Writing Outside Experience

A Rambling Rant on Race and Writing by Lisa Yee

This is a conversation I’ve had before with doctoral students studying critical multiculturalism and literature for young adults. We didn’t come to a conclusion. I, personally, had a hard time coming to a conclusion because I’ve felt like (much of the time) diverse people are stereotyped in literature, filling a specific role (e.g. the gay best friend, the token black guy) and doing so statically.

I like Yee’s perspective on the topic of writing outside experience — the idea that even if we are insiders in a particular culture, we don’t know everything. As such, research is necessary. She said she’s an artist, not an autobiographist.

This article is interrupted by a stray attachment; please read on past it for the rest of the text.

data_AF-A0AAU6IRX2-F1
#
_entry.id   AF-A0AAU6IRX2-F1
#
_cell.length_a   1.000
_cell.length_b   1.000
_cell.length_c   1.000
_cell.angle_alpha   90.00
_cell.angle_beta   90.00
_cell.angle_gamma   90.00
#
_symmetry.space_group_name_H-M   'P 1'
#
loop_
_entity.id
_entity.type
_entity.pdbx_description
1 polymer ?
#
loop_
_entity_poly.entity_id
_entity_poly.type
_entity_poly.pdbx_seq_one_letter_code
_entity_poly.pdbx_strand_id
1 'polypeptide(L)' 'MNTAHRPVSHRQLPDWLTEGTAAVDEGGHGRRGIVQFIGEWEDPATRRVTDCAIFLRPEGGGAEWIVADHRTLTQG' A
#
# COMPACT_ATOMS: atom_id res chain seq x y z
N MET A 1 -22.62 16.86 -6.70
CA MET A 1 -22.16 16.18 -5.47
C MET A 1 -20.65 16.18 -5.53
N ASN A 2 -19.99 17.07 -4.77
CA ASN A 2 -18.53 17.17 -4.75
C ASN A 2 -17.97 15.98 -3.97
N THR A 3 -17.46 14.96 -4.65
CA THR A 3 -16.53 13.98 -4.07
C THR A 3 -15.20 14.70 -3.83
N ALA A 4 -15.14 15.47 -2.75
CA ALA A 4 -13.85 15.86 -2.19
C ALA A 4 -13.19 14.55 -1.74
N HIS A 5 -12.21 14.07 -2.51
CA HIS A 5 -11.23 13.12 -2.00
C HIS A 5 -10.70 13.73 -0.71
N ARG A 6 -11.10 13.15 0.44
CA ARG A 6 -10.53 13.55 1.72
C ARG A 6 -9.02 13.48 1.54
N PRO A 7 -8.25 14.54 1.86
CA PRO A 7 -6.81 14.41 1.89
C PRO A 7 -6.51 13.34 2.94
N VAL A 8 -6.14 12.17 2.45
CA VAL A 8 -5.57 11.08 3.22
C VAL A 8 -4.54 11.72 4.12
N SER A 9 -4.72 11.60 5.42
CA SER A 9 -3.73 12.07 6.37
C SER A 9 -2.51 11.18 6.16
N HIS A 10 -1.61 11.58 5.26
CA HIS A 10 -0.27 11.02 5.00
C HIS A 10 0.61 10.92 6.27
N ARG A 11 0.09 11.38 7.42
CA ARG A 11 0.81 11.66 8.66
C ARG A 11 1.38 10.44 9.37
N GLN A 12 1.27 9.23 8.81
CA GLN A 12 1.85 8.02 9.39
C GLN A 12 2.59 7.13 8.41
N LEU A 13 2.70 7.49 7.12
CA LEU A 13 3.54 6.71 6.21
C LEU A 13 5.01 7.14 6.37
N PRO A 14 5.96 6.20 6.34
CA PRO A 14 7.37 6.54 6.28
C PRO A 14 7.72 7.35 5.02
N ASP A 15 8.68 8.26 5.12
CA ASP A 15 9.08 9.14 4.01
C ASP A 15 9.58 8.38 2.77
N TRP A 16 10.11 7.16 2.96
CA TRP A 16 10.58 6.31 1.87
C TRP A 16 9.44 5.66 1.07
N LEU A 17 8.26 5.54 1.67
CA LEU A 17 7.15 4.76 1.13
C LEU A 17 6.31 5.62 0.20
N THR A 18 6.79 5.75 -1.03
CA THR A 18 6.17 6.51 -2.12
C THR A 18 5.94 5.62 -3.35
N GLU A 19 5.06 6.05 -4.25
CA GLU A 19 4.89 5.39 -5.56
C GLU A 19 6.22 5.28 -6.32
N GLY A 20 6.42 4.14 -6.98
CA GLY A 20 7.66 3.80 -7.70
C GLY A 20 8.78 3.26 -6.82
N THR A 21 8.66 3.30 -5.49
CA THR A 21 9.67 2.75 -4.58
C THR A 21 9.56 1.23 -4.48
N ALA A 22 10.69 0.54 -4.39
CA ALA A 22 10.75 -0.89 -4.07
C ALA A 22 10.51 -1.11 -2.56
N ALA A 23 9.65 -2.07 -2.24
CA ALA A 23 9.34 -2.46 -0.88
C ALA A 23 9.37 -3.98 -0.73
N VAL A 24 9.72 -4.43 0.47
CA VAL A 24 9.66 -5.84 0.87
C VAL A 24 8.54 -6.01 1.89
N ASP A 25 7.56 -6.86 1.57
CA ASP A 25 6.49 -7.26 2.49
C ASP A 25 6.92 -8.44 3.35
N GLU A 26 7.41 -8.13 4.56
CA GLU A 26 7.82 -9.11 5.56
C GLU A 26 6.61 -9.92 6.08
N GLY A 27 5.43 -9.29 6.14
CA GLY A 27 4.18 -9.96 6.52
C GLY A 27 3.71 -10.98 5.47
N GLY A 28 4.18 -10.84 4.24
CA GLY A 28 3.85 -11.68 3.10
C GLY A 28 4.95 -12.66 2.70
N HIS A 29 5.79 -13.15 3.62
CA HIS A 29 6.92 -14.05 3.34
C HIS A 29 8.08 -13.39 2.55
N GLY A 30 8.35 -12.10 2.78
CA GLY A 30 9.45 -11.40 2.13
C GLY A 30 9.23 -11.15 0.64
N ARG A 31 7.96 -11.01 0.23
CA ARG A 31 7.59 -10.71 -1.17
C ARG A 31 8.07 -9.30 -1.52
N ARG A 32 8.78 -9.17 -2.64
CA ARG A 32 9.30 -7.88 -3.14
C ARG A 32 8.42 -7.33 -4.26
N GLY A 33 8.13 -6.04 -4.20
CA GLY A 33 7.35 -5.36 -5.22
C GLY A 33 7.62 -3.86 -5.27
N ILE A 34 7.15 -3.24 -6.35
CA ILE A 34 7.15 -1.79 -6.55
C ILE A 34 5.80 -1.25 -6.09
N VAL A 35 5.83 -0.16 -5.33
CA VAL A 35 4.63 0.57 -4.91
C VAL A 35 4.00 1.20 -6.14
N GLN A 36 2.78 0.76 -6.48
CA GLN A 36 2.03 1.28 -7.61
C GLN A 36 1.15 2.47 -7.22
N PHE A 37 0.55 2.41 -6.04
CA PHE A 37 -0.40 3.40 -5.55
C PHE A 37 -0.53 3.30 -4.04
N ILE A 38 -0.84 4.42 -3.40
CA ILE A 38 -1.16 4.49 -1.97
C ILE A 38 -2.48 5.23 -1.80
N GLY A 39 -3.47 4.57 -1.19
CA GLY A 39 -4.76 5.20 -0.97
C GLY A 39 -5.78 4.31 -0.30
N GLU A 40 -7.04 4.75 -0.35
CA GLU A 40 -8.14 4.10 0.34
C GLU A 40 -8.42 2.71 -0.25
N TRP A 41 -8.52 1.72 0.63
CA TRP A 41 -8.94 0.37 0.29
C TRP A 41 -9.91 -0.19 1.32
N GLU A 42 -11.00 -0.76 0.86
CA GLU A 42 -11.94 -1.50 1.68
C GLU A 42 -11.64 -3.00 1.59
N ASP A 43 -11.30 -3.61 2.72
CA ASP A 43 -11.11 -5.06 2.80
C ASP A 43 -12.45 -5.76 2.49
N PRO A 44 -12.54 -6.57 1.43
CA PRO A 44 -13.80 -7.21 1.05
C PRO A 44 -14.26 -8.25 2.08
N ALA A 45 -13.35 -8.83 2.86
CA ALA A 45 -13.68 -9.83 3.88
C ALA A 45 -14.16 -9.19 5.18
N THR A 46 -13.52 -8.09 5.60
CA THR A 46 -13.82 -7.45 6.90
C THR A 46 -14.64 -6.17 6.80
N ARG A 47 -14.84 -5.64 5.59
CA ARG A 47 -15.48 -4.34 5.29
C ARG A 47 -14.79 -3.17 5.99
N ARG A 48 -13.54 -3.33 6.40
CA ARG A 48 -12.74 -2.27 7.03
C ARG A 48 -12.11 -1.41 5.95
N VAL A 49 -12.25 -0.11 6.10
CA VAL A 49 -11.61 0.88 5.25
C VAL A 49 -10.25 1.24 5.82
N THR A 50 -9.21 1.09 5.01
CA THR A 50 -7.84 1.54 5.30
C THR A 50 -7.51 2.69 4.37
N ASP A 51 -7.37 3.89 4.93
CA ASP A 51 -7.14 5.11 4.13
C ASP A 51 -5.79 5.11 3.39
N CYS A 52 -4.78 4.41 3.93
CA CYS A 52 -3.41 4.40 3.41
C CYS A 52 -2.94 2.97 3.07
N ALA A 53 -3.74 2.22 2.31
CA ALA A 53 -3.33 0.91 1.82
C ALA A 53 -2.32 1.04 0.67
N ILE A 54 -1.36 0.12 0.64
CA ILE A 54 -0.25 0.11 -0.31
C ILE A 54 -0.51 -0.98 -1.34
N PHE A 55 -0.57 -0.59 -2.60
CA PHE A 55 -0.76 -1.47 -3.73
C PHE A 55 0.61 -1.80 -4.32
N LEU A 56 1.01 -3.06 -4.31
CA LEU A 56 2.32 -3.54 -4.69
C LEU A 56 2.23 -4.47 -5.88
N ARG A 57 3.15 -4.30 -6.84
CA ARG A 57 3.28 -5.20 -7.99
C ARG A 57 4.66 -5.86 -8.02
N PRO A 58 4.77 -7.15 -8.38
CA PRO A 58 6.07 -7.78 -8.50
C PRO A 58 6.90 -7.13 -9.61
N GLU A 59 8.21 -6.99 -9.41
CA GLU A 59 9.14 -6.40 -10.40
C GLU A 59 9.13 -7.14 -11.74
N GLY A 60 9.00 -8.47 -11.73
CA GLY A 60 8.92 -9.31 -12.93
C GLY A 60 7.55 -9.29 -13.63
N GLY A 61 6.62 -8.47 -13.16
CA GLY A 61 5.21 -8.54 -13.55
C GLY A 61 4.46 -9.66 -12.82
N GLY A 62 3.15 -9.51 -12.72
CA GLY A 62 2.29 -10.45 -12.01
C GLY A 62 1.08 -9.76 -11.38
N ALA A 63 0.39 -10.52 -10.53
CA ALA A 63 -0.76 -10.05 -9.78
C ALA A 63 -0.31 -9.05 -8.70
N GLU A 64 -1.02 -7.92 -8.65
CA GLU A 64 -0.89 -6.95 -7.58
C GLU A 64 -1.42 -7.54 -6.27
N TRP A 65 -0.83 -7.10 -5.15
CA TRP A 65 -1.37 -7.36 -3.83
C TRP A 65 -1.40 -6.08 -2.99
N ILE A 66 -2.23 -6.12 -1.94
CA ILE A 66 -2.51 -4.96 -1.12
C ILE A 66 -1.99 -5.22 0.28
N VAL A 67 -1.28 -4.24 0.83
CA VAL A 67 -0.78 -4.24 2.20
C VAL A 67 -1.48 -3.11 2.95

And thinking about it, my two favorite books with characters who are trans*, Freakboy and I Am J, are not written by people who are trans*, and yet I feel a genuine connection (and irritation) with the characters. My graduate students have felt like Junior from The Absolutely True Diary of a Part-Time Indian was a stereotype (then as they learned about the author, commentary on stereotypes), which facilitated a conversation about how we can discuss stereotypes with our students through books with stereotyped characters. We can use it as a way into conversations about how we see people and how we treat people and why it’s so hard to imagine others complexly, but why we need to do so.

And perhaps we need to imagine the authors who are trying to give readers a way into experience outside our own more complexly than we do as well.

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